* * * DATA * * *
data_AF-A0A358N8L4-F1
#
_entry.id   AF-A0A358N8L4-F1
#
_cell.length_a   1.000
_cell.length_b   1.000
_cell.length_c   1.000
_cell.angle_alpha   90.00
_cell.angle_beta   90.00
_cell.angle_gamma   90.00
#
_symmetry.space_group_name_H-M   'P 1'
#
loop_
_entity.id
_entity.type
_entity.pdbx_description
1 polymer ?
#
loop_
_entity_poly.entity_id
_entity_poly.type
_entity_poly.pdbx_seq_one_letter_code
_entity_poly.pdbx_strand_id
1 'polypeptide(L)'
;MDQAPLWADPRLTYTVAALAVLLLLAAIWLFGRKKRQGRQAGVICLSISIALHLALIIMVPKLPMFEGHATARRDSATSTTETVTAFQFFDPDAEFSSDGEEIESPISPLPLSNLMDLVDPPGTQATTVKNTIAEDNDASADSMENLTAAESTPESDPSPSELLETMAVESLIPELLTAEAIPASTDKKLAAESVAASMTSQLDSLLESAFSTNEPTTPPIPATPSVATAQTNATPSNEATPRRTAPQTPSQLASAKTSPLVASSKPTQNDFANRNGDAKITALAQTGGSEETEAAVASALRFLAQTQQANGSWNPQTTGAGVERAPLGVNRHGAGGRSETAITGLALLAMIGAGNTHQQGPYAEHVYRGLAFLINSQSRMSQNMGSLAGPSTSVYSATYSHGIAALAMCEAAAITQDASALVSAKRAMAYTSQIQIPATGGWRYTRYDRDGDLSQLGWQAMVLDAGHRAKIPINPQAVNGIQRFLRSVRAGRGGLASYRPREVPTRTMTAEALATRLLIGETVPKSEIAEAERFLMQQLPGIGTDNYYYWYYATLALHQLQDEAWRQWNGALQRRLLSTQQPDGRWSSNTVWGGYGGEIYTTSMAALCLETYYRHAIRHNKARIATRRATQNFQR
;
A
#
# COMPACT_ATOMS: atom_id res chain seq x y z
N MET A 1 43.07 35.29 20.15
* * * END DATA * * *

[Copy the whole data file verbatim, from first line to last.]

data_AF-A0A358N8L4-F1
#
_entry.id   AF-A0A358N8L4-F1
#
_cell.length_a   1.000
_cell.length_b   1.000
_cell.length_c   1.000
_cell.angle_alpha   90.00
_cell.angle_beta   90.00
_cell.angle_gamma   90.00
#
_symmetry.space_group_name_H-M   'P 1'
#
loop_
_entity.id
_entity.type
_entity.pdbx_description
1 polymer ?
#
loop_
_entity_poly.entity_id
_entity_poly.type
_entity_poly.pdbx_seq_one_letter_code
_entity_poly.pdbx_strand_id
1 'polypeptide(L)'
;MDQAPLWADPRLTYTVAALAVLLLLAAIWLFGRKKRQGRQAGVICLSISIALHLALIIMVPKLPMFEGHATARRDSATSTTETVTAFQFFDPDAEFSSDGEEIESPISPLPLSNLMDLVDPPGTQATTVKNTIAEDNDASADSMENLTAAESTPESDPSPSELLETMAVESLIPELLTAEAIPASTDKKLAAESVAASMTSQLDSLLESAFSTNEPTTPPIPATPSVATAQTNATPSNEATPRRTAPQTPSQLASAKTSPLVASSKPTQNDFANRNGDAKITALAQTGGSEETEAAVASALRFLAQTQQANGSWNPQTTGAGVERAPLGVNRHGAGGRSETAITGLALLAMIGAGNTHQQGPYAEHVYRGLAFLINSQSRMSQNMGSLAGPSTSVYSATYSHGIAALAMCEAAAITQDASALVSAKRAMAYTSQIQIPATGGWRYTRYDRDGDLSQLGWQAMVLDAGHRAKIPINPQAVNGIQRFLRSVRAGRGGLASYRPREVPTRTMTAEALATRLLIGETVPKSEIAEAERFLMQQLPGIGTDNYYYWYYATLALHQLQDEAWRQWNGALQRRLLSTQQPDGRWSSNTVWGGYGGEIYTTSMAALCLETYYRHAIRHNKARIATRRATQNFQR
;
A
#
# COMPACT_ATOMS: atom_id res chain seq x y z
N MET A 1 43.07 35.29 20.15